November 28, 2000
ASV/Living Era
Vocal Music, Traditional Pop, Vocal Pop, American Popular Song, Vaudeville, Tin Pan Alley Pop

Album Review

A contemporary of Al Jolson, Frank Crumit, and Eddie Cantor but ever so much quieter than they, World War I veteran and gas attack survivor Whispering Jack Smith was among the first singers to take advantage of the newly invented microphone as an amplifying agent in the development of the fine and subtle art of crooning. Beginning in 1925, Smith began making records and performing on-stage as well as over the radio using a disarmingly intimate, polite, and velvety smooth delivery that distinguished him from everyone else. This delightful Living Era portrait album assembles 25 of his nicest recordings in nearly chronological order, beginning with his gentle 1927 cover of Jolson's "Me and My Shadow" and stepping back to the 1925 recording of "Cecilia, Does Your Mother Know You're Out?" This and four sides of 1926 vintage were all recorded in the singer's hometown of New York City. In order to appreciate this singer's delicate persona, the listener will need to suspend all acquired notions of postmodern brusqueness, impatience, and bitterness. Whispering Jack Smith is about innocence and sentimentality -- the innocence we've never really had and the sentimentality some of us will sadly never permit ourselves to indulge in. "Gimme a Little Kiss" is cute in ways that remind us that authentic, refined cuteness is almost a lost art. Note the shrill birdcall whistling of Carson Robison at regular intervals during "When the Red, Red Robin Goes Bob, Bob, Bobbin' Along." Beginning with "It All Depends on You," the next eight tracks were recorded in England during Smith's frequent appearances there in musical stage revues. Smith actually does whisper at times during his beautiful renderings of Irving Berlin's "Blue Skies" and "The Song Is Ended But the Melody Lingers On." Backed by Bert Ambrose and the Whispering Orchestra, the singer gave one of his all-time jazziest performances with Ben Pollack's "Miss Annabelle Lee." There are no less than five Ambrose/Smith collaborations included in this package. They are all exceptionally warm and reassuring. Smith's warmly received visit to Berlin in August 1928 resulted in a pair of fine recordings, one of which is sung in both English and a very delicate Deutsch. Returning to Great Britain, he cut a series of heartwarming records during the autumn of 1928 backed by Carroll Gibbons and the New Mayfair Dance Orchestra. "'S Wonderful" and especially "Crazy Rhythm" anticipate the development of swing music. "All by Yourself in the Moonlight" features a funny little group vocal by the band. Back in New York in May of 1929, Smith recorded a pretty little romantic song with Leonard Joy and the Victor Orchestra, but doesn't seem to have enjoyed the popularity that he'd experienced abroad. Despite or perhaps because of the growing predominance of Bing Crosby, Smith's brand of nonchalance went slowly out of style during the 1930s. Two austere records from 1940 document his brief essay toward a comeback that never caught on.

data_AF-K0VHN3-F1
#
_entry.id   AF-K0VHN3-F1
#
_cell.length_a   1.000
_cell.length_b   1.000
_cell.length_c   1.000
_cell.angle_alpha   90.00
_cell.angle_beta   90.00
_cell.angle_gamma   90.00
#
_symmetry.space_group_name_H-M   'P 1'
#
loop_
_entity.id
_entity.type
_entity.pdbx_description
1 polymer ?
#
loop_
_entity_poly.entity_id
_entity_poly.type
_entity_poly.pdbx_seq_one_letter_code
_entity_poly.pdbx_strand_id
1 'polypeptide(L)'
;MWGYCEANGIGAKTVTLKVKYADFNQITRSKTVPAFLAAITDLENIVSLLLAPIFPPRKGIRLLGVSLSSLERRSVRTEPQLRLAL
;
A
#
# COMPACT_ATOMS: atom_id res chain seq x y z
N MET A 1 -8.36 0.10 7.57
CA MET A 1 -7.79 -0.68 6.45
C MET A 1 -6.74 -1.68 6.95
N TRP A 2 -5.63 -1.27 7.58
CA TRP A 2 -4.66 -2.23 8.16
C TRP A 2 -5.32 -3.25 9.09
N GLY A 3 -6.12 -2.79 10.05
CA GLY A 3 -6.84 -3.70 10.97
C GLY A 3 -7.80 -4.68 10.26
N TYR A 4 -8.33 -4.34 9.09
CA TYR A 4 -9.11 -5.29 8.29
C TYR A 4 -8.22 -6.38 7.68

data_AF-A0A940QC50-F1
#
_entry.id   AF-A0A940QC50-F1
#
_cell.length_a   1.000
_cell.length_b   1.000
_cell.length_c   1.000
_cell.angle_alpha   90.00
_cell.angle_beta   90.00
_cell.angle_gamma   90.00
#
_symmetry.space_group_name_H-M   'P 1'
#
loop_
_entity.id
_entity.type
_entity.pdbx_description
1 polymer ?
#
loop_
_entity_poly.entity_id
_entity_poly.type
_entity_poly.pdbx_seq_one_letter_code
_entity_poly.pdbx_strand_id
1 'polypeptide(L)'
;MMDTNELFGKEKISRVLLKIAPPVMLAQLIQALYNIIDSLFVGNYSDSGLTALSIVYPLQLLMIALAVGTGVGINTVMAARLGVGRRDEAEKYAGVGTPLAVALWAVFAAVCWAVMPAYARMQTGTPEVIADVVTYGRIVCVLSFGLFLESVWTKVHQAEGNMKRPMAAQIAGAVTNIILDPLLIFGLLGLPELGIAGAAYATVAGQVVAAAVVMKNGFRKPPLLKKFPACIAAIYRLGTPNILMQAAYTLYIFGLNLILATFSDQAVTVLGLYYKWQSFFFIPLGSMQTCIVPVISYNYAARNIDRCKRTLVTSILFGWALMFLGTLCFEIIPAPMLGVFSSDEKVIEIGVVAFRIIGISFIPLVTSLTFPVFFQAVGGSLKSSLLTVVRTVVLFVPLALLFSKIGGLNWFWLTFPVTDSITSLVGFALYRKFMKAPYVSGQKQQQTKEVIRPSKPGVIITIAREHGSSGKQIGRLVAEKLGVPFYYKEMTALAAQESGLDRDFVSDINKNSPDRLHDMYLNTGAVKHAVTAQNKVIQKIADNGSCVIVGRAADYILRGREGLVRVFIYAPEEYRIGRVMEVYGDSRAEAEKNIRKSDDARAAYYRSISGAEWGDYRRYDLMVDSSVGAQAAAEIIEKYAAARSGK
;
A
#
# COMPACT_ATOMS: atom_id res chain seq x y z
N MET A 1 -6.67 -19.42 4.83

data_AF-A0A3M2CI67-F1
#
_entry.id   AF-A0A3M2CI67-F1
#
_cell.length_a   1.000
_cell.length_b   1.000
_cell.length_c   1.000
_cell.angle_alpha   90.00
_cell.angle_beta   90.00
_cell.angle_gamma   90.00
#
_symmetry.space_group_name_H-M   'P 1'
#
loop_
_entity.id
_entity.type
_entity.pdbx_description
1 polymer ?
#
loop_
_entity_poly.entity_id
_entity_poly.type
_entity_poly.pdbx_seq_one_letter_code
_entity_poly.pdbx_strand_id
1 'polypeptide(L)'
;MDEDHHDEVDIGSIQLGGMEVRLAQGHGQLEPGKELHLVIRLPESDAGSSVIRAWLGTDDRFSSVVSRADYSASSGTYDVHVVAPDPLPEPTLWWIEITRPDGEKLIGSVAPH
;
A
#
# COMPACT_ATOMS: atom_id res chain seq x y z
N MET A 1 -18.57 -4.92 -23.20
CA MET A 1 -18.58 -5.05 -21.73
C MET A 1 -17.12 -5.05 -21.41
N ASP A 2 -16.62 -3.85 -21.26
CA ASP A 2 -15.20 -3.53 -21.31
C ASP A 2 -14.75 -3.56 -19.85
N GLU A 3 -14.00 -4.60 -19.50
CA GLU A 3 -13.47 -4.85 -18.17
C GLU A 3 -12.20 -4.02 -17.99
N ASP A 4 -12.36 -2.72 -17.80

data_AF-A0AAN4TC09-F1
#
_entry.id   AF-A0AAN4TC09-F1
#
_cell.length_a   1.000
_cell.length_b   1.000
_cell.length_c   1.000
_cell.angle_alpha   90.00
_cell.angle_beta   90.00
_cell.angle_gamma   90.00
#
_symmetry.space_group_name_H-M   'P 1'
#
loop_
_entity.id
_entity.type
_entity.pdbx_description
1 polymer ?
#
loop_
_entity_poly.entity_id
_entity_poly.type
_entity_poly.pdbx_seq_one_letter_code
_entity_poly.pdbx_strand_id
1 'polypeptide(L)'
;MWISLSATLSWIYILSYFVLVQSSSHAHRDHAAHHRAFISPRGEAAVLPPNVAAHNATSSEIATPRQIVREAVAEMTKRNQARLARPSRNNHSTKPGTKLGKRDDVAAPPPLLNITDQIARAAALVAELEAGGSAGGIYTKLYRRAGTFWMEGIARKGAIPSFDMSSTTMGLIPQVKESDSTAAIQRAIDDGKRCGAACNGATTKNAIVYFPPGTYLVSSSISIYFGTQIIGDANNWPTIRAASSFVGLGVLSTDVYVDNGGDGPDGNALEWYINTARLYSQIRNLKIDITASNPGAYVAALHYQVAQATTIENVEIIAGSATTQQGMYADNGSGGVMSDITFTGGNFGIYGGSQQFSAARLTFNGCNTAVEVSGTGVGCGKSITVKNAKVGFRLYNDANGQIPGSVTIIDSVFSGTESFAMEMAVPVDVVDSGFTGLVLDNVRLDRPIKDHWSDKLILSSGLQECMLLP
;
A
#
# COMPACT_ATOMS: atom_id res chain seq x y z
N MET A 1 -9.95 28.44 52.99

arwulf arwulf, Rovi

Track Listing

  1. Me and My Shadow
  2. Cecilia, Does Your Mother Know You're Out?
  3. Gimme a Little Kiss, Will Ya Huh?
  4. When the Red, Red Robin Comes Bob, Bob, Bobbin' Along
  5. Baby Face
  6. There Ain't No "Maybe" in My Baby's Eyes
  7. It All Depends on You
  8. Blue Skies
  9. Birth of the Blues
  10. My Blue Heaven
  11. The Song Is Ended
  12. Miss Annabelle Lee
  13. Sunshine
  14. Whispering
  15. I Kiss Your Hand, Madame
  16. Ramona
  17. 'S Wonderful
  18. Crazy Rhythm
  19. Funny Face
  20. That's My Weakness Now
  21. The Song I Love
  22. All by Yourself in the Moonlight
  23. To Be in Love, Espesh'lly with You
  24. I'm Knee-Deep in Daisies, and Head Over Heels in Love
  25. A Faded Photograph